"Matt's intelligence is palpable when you speak to him on the phone and when you meet with him, but he married that up with a great feel for people and a feel for the game, which is very unique," Levine said. "He really stood out at that time for those reasons."

The Rockies didn't have a full-time position available for Klentak at the end of his internship, so then-general manager Dan O'Dowd set him up with a job in baseball's labor relations department. "I was sorry to lose him," O'Dowd said. Klentak spent four years building his foundation in the commissioner's office before MacPhail lured him to Baltimore.

Although a common assumption is that the Phillies hired Klentak because of his analytical background, baseball's newest GM stressed a balanced approach in his first day on the job. Dipoto, a former major-league pitcher, said he doesn't think Klentak "has one serious bend" toward modern or more traditional means of roster building.

"I know somehow at 47 years old with a dozen years of playing experience I've been categorized as this generation's Bill James," Dipoto quipped, "but Matt is very well balanced, and I think that was something that was an attraction. . . . He came in [to the Angels front office] with a balanced skill set, and he left with a more balanced skill set. That I have no doubt."

Similar to when Klentak's role only increased after Dipoto left the Angels, Klentak acted more or less as the Orioles' de facto GM in 2011 during the month between MacPhail's departure and Dan Duquette's arrival that November. Klentak and manager Buck Showalter were tasked with maneuvering the 40-man roster.

It was then that Klentak made what Dipoto labeled "one of the real sneaky good acquisitions of the last five years or so." Darren O'Day, a submarining righthander, was coming off a season with Texas in which shoulder and hip injuries limited him to a measly 162/3 innings. Even though the pitcher was owed $1.35 million the following season, the Orioles claimed him off waivers. He has been a crucial part of their bullpen ever since and was an all-star this past July.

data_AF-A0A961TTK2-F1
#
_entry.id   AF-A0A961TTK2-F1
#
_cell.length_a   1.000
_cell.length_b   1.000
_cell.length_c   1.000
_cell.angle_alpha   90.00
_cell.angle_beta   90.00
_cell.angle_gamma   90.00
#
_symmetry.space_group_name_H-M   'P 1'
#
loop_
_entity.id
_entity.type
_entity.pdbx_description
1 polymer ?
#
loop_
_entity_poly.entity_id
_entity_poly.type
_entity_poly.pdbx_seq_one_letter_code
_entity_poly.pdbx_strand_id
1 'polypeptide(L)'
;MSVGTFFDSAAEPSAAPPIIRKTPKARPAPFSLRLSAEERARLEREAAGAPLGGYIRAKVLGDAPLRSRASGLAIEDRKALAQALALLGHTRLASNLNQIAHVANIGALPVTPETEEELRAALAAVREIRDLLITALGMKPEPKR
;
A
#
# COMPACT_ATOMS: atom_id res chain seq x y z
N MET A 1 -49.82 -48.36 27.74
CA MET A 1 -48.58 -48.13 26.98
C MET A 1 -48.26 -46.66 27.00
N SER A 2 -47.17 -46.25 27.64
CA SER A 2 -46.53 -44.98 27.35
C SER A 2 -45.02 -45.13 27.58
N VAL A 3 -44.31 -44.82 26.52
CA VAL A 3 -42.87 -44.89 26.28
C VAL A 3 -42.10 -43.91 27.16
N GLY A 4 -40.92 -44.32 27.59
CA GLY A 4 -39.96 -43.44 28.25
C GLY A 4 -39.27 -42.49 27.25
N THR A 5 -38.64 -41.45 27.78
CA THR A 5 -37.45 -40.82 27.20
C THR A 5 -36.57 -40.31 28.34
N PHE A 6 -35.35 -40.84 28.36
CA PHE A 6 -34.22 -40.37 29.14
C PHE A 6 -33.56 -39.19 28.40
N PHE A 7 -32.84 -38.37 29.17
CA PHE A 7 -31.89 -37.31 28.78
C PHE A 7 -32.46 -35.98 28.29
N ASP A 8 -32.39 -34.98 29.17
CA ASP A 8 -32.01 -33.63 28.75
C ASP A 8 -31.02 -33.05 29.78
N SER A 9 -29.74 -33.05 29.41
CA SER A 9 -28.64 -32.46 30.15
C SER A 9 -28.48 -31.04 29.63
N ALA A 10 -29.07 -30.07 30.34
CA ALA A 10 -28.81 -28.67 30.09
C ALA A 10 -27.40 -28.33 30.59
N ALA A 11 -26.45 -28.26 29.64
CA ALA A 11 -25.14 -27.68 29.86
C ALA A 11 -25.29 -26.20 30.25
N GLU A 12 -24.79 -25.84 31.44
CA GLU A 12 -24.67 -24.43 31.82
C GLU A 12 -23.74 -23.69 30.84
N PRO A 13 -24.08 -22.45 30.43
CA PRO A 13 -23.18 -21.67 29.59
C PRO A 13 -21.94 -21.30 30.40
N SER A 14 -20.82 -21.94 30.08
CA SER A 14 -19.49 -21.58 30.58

"It takes a degree of acumen," Dipoto said, "to make moves like that when it's not every man's pick."

MacPhail, 62, and a baseball lifer, came to rely on Klentak over their four seasons in Baltimore. Part of that trust, MacPhail said, stems from knowing Klentak will articulate a difference of opinion when necessary. Klentak's array of experiences provides him with "different frames of reference" as he arrives to the Phillies, MacPhail said.

"All of those things I think are very helpful," MacPhail said. "Nobody is 100 percent ready for this job when you get it. You've got to sit in that seat, make those decisions and live with them and deal with the consequences. But as far as a resumé is concerned, he's done everything that you need to do to get that opportunity."